Via recorded webinar
Note: This course can be purchased now on pre-order sale, and the video will be sent to you on November 14, 2022 after the live event takes place.
Fast forward thinkers, executives, engineers, therapists, nurses and individuals in various helping professions with years of experience often fall victim to Imposter syndrome. This condition does not discriminate against highly competent individuals from all walks of life. Imposter syndrome is often a debilitating condition where individuals are trapped in their own negative thoughts, skepticism of self, and self-doubt. Learn more about this condition and how to unleash clients from their own tombs of worry.
Despite the rapid and creative growth of the workforce, feeling stuck appears to be a common encounter many professionals face. Such feelings are often associated with not being good enough, not being smart enough, and not feeling confident in one's contributions to their work teams, employers and/or colleagues.
It's time to help individuals get unstuck and feel aligned to their strengths and talents. This webinar will be life changing for professionals who wish to uncover their confidence in their skills and hone their professional voice. It will cover effective CBT and Act interventions to overcome and even utilize Imposter Syndrome to move forward in life.
Original recording date: November 11, 2022 Length: 3 hours
Upon the completion of this course, participants will be able to:
- Identify 3 common symptoms associated Imposter Syndrome (IS) and core elements of IS in action
- Utilize Socratic questioning to explore imposter syndrome stuck points
- Employ CBT and ACT treatment modalities to effectively treat imposter syndrome from an eclectic approach
- Explore cultural dynamics of Imposter Syndrome
Sources and Resources (click to expand)
Bernard, D. L., Hoggard, L. S., & Neblett, E. W., Jr. (2018). Racial discrimination, racial identity, and impostor phenomenon: A profile approach. Cultural Diversity and Ethnic Minority Psychology, 24(1), 51–61.
Bravata D. M., Watts S. A., Keefer A. L., Madhusudhan D. K., Taylor K. T., Clark D. M., et al. (2019). Prevalence, predictors, and treatment of impostor syndrome: a systematic review. J. Gen. Intern. Med. 35 1252–1275.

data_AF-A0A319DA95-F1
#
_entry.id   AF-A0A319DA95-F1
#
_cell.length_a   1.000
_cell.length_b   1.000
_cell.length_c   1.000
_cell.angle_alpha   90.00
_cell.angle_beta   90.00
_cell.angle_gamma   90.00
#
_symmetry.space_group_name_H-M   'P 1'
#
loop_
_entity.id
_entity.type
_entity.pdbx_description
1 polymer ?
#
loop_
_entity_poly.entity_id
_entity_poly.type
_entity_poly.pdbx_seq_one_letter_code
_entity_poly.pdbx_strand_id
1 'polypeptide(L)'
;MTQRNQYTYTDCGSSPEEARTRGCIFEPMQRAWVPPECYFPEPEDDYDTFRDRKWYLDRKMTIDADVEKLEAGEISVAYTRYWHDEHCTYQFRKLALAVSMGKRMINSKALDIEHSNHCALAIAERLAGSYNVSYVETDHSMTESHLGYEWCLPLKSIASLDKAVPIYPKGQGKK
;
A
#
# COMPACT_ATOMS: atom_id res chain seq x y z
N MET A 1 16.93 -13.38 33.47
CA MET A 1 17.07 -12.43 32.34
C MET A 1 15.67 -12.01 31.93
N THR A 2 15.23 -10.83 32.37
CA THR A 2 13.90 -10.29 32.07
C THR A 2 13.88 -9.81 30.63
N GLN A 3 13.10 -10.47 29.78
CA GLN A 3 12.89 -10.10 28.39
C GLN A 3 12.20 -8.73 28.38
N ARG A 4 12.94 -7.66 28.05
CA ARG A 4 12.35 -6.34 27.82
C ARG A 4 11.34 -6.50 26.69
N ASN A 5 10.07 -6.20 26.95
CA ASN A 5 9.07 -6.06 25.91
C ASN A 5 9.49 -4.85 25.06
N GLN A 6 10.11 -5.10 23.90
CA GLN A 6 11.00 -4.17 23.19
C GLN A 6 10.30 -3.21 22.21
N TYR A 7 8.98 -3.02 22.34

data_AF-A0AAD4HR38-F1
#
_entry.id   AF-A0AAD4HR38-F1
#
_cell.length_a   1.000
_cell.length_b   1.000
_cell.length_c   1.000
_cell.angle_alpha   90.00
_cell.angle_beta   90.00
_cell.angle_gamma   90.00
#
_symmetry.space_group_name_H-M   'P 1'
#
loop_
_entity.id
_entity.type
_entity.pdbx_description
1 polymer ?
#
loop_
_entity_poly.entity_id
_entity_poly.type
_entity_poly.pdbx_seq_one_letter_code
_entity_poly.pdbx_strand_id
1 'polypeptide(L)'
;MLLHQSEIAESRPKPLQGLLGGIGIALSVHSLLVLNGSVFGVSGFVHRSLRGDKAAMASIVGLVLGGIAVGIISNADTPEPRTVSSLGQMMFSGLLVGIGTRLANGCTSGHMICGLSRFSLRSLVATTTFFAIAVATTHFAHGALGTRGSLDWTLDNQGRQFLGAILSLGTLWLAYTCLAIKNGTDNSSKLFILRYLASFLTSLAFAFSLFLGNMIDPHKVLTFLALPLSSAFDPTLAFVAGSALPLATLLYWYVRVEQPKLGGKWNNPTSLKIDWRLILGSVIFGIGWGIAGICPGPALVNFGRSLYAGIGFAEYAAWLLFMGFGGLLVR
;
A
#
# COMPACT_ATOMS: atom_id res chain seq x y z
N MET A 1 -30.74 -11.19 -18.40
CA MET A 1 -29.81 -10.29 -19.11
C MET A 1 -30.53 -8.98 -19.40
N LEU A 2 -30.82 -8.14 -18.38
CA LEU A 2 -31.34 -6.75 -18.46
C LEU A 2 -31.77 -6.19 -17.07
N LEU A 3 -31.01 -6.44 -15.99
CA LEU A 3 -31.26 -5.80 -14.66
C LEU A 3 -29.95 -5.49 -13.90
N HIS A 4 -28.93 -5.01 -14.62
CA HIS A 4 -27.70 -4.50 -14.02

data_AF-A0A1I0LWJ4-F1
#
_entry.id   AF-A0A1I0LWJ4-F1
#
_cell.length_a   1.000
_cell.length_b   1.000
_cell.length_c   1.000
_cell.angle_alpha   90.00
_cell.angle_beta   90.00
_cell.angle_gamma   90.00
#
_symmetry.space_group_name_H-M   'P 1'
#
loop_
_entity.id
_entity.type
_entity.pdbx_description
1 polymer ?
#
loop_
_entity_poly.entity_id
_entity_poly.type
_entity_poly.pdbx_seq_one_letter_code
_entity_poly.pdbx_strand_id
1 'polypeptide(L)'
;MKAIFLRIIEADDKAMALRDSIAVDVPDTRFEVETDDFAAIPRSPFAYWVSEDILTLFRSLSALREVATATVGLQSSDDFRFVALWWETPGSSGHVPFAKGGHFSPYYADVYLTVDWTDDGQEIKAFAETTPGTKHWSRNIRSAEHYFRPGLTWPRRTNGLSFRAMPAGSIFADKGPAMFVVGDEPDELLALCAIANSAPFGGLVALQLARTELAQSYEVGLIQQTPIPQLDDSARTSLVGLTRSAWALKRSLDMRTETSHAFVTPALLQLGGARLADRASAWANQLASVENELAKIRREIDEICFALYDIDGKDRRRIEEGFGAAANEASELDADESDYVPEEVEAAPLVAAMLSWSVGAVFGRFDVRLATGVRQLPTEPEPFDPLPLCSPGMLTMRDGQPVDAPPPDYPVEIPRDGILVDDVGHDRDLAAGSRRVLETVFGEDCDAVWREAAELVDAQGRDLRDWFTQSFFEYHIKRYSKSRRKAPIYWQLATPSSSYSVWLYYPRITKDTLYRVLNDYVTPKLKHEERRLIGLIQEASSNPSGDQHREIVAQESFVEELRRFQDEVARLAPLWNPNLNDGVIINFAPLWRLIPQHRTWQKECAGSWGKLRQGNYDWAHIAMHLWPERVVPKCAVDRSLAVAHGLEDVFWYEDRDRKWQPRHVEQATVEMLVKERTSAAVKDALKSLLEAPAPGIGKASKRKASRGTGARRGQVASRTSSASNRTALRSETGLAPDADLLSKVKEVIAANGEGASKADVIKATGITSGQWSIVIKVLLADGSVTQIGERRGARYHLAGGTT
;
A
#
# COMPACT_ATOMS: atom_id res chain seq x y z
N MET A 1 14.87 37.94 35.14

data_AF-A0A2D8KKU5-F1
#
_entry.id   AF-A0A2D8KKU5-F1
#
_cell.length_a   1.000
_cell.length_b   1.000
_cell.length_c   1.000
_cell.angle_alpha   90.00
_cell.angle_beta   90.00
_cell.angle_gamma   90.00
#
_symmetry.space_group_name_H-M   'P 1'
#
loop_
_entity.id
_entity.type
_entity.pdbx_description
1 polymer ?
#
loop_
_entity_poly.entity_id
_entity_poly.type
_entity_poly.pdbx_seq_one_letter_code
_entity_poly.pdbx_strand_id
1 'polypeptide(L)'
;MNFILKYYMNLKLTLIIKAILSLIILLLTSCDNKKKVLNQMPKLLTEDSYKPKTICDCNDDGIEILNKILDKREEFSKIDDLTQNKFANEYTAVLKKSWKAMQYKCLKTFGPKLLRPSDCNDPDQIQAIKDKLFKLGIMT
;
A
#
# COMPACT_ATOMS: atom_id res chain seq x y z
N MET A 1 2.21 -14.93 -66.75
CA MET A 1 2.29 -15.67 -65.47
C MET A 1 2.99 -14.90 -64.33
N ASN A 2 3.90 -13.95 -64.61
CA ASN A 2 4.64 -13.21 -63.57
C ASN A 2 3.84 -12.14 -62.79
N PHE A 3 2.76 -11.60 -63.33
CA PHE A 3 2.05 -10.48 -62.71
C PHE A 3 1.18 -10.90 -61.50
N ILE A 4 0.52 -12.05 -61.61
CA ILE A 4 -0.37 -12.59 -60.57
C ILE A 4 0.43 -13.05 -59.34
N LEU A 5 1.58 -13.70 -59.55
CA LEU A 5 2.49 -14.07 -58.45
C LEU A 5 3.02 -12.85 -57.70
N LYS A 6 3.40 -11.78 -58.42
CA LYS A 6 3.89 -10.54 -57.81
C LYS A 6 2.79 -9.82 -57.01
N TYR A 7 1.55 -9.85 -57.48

Chrousos G. P. (2009). Stress and disorders of the stress system. Nature reviews. Endocrinology, 5(7), 374–381.
Emma D. Cohen & Will R. McConnell (2019) Fear of Fraudulence: Graduate School Program Environments and the Impostor Phenomenon, The Sociological Quarterly, 60:3, 457-478
Hutchins HM, Penney LM, Sublett LW. What imposters risk at work: Exploring imposter phenomenon, stress coping, and job outcomes. Hum Resour Dev Q 2017.
Lige, Q. M., Peteet, B. J., & Brown, C. M. (2017). Racial identity, self-esteem, and the impostor phenomenon among African American college students. Journal of Black Psychology, 43(4), 345–357
Mak, K., Kleitman, S., & Abbott, M. J. (2019). Impostor Phenomenon Measurement Scales: A Systematic Review. Frontiers in psychology, 10, 671. https://doi.org/10.3389/fpsyg.2019.00671
Matthews G, Clance PR. Treatment of the impostor phenomenon in psychotherapy clients. Psychother Priv Pract. 1985;3(1):71–81.
McElwee, R. & Yurak, Tricia. (2010). The phenomenology of the impostor phenomenon. Individual Differences Research. 8. 184-197.
McClain S, Beasley ST, Jones B, Awosogba O, Jackson S, Cokley K. An examination of the impact of racial and ethnic identity, impostor feelings, and minority status stress on the mental health of Black college students. J Multicult Couns Dev. 2016;44(2):101–17.
Neureiter M., Traut-Mattausch E. (2016). Inspecting the dangers of feeling like a fake: an empirical investigation of the impostor phenomenon in the world of work. Front. Psychol. 7:1445